How skin cancer cells evade immune system: study

January 18, 2011 by Marlowe Hood

Scientists have pinpointed a molecular mechanism in mice which helps skin cancer cells confound the animal's immune system, according to a study released Wednesday.

The discovery -- if duplicated in humans -- could one day lead to drug treatments that block this mechanism, and thus the cancer's growth, the study reported.

In experiments on mice, researchers showed for the first time that a protein called interferon-gamma (IFN-gamma) plays a key role in the spread of melanoma, a notoriously aggressive form of resistant to standard chemotherapy.

The same kind of that leads to sunburn caused white blood cells to infiltrate the skin of the mice, explained Glenn Merlino, a scientist at the US National Cancer Institute and the main architect of the study.

The white blood cells, in turn, "can produce IFN-gamma. We believe that IFN-gamma can promote melanoma in our model system, and perhaps in people," he said in an email.

Injecting the mice with antibodies that block IFN-gamma interrupted this signalling process, effectively reducing the risk of UV-induced , the researchers found.

"We are trying to develop inhibitors that are more practical than antibodies, a small molecule, for example," Merlino said.

Ideally, such a treatment would mean that someone exposed to large doses of -- long summers at the beach without protective cream, for example -- could escape the potentially lethal threat of skin cancer.

"But we would never encourage intense sunbathing, even if such a treatment were available," Merlino cautioned.

Cases of cutaneous malignant melanoma are increasing faster than any other type of cancer.

In 2000, over 200,000 cases of melanoma were diagnosed and there were 65,000 melanoma-associated deaths, according to the World Health Organisation (WHO).

The findings, reported in the British-based science journal Nature, could upend assumptions about the relationship between interferon proteins and cancer, the study suggested.

Up to now, interferons were thought to impede the formation of cancer tumours. One in particular, interferon-alpha, has been widely used to treat , both as a first-line drug and an adjutant.

Earlier research has raised doubts as to effectiveness of the treatment, which also has serious side effects.

The highest recorded incidence was in Australia, where the annual rates are 10 and over 20 times the rates in Europe for women and men respectively.

The main risk factors are high exposure to the sun and other UV sources such as sunbeds, along with genetic factors.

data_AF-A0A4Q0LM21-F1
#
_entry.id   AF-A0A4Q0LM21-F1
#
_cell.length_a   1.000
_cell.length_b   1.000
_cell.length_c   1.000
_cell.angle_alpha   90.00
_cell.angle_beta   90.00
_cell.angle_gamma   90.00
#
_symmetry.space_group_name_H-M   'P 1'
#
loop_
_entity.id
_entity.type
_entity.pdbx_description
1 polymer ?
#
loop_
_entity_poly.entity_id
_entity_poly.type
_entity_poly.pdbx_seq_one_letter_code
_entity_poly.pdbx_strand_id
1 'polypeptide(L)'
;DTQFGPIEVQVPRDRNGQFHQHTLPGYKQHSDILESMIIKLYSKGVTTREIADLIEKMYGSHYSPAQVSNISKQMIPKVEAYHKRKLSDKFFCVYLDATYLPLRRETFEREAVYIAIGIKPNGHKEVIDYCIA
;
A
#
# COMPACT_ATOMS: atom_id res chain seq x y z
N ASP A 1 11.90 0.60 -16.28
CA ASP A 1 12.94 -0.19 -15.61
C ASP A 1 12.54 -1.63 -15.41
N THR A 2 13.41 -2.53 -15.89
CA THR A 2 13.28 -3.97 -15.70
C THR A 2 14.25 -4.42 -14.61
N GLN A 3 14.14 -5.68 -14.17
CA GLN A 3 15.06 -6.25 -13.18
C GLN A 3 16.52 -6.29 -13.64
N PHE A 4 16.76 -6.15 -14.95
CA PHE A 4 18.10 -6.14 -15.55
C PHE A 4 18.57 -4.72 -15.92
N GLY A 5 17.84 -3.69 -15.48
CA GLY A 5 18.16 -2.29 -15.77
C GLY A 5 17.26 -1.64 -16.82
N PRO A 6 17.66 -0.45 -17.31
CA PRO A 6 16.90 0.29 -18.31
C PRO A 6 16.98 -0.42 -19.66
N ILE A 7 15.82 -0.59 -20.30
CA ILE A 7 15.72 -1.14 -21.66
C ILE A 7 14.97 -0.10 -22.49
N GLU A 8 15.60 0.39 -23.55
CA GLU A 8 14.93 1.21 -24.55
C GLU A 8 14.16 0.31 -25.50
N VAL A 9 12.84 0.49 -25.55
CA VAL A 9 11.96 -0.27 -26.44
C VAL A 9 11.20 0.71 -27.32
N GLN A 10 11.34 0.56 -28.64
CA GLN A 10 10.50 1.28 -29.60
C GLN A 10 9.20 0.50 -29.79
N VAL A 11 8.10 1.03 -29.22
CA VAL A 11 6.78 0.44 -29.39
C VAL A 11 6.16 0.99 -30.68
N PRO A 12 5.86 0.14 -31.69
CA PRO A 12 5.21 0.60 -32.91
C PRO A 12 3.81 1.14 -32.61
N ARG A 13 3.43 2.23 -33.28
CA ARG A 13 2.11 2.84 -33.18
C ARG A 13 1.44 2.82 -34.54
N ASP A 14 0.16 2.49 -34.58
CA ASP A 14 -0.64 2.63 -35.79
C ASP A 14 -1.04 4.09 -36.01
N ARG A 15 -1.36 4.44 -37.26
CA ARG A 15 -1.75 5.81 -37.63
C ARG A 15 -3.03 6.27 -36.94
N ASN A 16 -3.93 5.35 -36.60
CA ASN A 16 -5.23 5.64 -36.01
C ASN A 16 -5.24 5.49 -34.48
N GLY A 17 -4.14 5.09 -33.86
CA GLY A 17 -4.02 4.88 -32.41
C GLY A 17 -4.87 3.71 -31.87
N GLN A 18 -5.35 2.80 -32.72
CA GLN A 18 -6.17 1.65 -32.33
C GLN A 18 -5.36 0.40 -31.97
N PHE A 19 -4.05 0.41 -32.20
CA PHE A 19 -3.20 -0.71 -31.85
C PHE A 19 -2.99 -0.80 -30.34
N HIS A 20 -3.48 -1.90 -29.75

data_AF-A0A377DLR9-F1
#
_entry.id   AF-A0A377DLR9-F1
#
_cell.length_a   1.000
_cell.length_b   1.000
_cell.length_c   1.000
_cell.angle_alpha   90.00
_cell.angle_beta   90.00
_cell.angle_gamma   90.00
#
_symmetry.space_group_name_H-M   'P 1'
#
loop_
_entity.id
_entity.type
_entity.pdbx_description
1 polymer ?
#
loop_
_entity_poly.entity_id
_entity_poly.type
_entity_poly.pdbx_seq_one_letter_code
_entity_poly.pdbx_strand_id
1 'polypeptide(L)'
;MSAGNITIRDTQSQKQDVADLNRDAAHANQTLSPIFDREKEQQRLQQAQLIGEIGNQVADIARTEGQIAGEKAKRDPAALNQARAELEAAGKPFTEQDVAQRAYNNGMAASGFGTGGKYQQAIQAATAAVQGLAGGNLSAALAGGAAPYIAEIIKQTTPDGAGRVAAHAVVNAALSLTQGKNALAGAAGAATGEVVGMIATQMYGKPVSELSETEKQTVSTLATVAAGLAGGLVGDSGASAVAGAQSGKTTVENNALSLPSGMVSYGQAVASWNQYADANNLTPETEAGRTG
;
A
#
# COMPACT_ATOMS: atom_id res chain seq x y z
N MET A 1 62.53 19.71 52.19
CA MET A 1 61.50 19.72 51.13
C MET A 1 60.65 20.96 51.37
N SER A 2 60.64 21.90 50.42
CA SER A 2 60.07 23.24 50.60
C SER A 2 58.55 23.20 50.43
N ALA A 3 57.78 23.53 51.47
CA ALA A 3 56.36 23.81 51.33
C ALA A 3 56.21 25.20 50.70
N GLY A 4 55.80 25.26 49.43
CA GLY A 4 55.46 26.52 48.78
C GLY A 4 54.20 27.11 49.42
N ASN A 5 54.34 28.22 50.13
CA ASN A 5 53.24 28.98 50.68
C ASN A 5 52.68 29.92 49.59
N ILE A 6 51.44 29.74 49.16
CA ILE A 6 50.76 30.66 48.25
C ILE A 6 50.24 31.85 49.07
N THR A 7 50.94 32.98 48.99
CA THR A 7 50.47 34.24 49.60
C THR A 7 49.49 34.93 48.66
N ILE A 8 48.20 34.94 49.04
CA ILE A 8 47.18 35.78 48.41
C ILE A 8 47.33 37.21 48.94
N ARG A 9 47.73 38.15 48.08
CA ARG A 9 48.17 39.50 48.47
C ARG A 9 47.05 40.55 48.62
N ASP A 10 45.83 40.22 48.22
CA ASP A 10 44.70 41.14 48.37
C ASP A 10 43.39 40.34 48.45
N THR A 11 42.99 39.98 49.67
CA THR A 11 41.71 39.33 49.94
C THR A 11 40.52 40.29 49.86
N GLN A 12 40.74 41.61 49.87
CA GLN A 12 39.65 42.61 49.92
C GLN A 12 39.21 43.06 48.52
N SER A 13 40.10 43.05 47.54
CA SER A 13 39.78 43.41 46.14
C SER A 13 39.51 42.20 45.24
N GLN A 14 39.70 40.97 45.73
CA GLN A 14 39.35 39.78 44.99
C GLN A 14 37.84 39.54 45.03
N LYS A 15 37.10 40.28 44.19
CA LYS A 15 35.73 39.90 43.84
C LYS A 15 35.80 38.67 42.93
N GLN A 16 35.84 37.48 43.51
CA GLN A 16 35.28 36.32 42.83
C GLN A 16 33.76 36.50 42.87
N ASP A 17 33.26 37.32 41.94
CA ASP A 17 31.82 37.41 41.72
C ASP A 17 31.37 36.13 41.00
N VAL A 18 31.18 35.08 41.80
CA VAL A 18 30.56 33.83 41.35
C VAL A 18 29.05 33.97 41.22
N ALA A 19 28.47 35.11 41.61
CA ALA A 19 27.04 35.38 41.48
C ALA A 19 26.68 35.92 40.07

The disease is far more common among people with a pale complexion, blue eyes, and red or fair hair.

Related Stories

Recommended for you

Study prompts new ideas on cancers' origins

December 16, 2017
Rapidly dividing, yet aberrant stem cells are a major source of cancer. But a new study suggests that mature cells also play a key role in initiating cancer—a finding that could upend the way scientists think about the ...

What does hair loss have to teach us about cancer metastasis?

December 15, 2017
Understanding how cancer cells are able to metastasize—migrate from the primary tumor to distant sites in the body—and developing therapies to inhibit this process are the focus of many laboratories around the country. ...

Cancer immunotherapy may work better in patients with specific genes

December 15, 2017
Cancer cells arise when DNA is mutated, and these cells should be recognized as "foreign" by the immune system. However, cancer cells have found ways to evade detection by the immune system.

Scientists pinpoint gene to blame for poorer survival rate in early-onset breast cancer patients

December 15, 2017
A new study led by scientists at the University of Southampton has found that inherited variation in a particular gene may be to blame for the lower survival rate of patients diagnosed with early-onset breast cancer.

Scientists unlock structure of mTOR, a key cancer cell signaling protein

December 14, 2017
Researchers in the Sloan Kettering Institute have solved the structure of an important signaling molecule in cancer cells. They used a new technology called cryo-EM to visualize the structure in three dimensions. The detailed ...

'Bet hedging' explains the efficacy of many combination cancer therapies

December 14, 2017
The efficacy of many FDA-approved cancer drug combinations is not due to synergistic interactions between drugs, but rather to a form of "bet hedging," according to a new study published by Harvard Medical School researchers ...

1 comment

Adjust slider to filter visible comments by rank

Display comments: newest first

fixer
not rated yet Jan 18, 2011
And does Glenn Merlino know that mice and humans have significantly different immune systems and that using mice to develop immune therapies for humans is usually just a waste of mice?

Please sign in to add a comment. Registration is free, and takes less than a minute. Read more

Click here to reset your password.
Sign in to get notified via email when new comments are made.